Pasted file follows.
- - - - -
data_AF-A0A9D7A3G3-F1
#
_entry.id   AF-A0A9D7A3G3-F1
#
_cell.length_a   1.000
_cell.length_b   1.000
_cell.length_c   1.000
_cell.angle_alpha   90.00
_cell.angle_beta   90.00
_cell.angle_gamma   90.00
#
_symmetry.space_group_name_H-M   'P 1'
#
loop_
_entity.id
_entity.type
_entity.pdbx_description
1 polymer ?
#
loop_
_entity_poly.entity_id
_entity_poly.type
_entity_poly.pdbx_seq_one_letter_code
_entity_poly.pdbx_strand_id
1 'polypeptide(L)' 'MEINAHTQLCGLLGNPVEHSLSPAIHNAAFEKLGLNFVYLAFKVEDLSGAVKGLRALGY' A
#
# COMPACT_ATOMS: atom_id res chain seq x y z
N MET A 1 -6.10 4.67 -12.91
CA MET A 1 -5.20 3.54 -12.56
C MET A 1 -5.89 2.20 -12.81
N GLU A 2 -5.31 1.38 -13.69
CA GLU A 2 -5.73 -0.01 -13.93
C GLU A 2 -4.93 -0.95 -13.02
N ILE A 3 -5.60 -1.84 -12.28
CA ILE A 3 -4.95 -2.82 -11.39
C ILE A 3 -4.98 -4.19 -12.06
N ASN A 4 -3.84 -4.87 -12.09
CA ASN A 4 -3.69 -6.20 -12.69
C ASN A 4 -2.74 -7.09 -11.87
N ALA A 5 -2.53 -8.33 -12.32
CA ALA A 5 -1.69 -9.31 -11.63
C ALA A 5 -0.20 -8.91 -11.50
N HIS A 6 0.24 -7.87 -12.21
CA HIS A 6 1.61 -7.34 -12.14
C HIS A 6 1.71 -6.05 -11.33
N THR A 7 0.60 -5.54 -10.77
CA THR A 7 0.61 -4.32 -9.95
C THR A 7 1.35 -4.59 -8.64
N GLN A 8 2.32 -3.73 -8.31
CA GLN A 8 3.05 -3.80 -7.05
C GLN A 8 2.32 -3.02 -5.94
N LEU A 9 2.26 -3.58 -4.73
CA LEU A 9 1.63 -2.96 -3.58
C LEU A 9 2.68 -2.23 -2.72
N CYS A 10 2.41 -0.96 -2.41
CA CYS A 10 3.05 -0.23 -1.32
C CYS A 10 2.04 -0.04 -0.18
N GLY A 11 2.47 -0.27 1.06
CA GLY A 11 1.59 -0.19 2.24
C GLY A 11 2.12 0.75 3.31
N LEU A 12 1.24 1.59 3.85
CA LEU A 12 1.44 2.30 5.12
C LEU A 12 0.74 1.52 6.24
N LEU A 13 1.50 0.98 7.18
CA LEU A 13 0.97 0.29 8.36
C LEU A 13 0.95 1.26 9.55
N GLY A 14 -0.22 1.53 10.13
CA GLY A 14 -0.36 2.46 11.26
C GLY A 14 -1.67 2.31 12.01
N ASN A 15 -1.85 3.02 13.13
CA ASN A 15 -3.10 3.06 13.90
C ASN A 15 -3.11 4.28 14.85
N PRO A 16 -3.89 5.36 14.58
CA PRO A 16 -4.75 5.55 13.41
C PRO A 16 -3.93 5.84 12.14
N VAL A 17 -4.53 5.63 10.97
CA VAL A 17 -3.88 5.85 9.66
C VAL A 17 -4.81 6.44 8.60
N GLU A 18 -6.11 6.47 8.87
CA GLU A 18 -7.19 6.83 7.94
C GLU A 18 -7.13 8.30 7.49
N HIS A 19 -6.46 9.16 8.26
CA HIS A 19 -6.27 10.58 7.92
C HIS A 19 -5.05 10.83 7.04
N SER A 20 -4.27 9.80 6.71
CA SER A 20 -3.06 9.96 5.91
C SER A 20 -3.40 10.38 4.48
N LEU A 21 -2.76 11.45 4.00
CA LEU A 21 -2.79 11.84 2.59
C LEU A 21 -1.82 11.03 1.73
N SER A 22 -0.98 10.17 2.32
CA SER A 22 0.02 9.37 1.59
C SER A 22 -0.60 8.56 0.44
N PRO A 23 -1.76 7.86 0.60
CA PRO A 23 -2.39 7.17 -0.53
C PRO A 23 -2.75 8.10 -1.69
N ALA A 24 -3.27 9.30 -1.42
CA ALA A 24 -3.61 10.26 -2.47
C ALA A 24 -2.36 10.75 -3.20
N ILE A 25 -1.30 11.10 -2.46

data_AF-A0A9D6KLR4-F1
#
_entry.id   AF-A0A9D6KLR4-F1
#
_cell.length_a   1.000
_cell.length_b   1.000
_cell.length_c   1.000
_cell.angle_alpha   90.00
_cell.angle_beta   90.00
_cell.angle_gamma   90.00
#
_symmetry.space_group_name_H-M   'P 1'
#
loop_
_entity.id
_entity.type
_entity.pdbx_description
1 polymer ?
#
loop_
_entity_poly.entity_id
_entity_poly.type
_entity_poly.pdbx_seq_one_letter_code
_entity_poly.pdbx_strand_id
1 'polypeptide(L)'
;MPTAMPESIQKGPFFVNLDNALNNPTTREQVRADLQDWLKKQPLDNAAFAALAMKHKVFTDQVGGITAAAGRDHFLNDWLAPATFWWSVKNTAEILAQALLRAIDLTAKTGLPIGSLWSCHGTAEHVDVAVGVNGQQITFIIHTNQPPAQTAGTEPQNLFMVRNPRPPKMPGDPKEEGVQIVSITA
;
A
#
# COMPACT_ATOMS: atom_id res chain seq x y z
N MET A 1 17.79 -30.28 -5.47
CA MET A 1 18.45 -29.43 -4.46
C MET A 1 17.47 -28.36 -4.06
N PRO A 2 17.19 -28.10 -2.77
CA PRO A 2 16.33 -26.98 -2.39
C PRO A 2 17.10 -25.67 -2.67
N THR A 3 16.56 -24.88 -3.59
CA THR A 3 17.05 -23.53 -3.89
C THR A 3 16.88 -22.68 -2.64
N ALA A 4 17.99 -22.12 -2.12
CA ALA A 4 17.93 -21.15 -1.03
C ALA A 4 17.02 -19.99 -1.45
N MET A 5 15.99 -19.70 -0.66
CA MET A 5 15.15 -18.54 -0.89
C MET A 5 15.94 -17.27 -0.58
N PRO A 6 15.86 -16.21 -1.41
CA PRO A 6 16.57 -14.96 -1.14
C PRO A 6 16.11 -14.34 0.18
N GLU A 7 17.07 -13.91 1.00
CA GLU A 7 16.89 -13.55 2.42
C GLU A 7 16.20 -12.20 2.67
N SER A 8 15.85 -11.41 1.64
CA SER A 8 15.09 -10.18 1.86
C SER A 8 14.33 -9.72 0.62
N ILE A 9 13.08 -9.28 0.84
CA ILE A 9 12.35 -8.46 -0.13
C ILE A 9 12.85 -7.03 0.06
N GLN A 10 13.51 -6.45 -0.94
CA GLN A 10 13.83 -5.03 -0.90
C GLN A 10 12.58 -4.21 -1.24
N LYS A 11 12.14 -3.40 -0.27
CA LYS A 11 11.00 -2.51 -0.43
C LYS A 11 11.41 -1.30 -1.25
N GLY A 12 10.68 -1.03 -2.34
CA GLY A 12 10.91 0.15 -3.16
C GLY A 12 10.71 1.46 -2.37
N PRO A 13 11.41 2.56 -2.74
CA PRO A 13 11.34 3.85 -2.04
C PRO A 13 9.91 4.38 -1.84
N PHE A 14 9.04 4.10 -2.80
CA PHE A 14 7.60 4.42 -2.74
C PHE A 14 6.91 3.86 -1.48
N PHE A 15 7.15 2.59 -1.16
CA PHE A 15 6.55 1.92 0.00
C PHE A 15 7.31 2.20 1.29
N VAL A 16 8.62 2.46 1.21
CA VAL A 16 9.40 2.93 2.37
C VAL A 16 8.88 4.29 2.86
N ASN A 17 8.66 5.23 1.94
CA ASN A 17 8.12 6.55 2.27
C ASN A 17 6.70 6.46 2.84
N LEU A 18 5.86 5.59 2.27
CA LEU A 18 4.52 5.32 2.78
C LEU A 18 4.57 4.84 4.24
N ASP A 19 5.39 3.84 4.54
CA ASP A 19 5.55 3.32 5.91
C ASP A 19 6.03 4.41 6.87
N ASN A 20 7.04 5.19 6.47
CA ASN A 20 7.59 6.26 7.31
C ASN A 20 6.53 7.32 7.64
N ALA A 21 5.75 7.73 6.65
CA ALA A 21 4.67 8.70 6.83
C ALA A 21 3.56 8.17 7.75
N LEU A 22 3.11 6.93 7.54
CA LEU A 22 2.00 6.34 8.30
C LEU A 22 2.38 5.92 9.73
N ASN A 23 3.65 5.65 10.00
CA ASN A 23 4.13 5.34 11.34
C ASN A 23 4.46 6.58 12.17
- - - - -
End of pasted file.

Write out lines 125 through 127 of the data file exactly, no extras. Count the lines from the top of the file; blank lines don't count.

1 'polypeptide(L)'
;MPTAMPESIQKGPFFVNLDNALNNPTTREQVRADLQDWLKKQPLDNAAFAALAMKHKVFTDQVGGITAAAGRDHFLNDWLAPATFWWSVKNTAEILAQALLRAIDLTAKTGLPIGSLWSCHGTAEHVDVAVGVNGQQITFIIHTNQPPAQTAGTEPQNLFMVRNPRPPKMPGDPKEEGVQIVSITA
;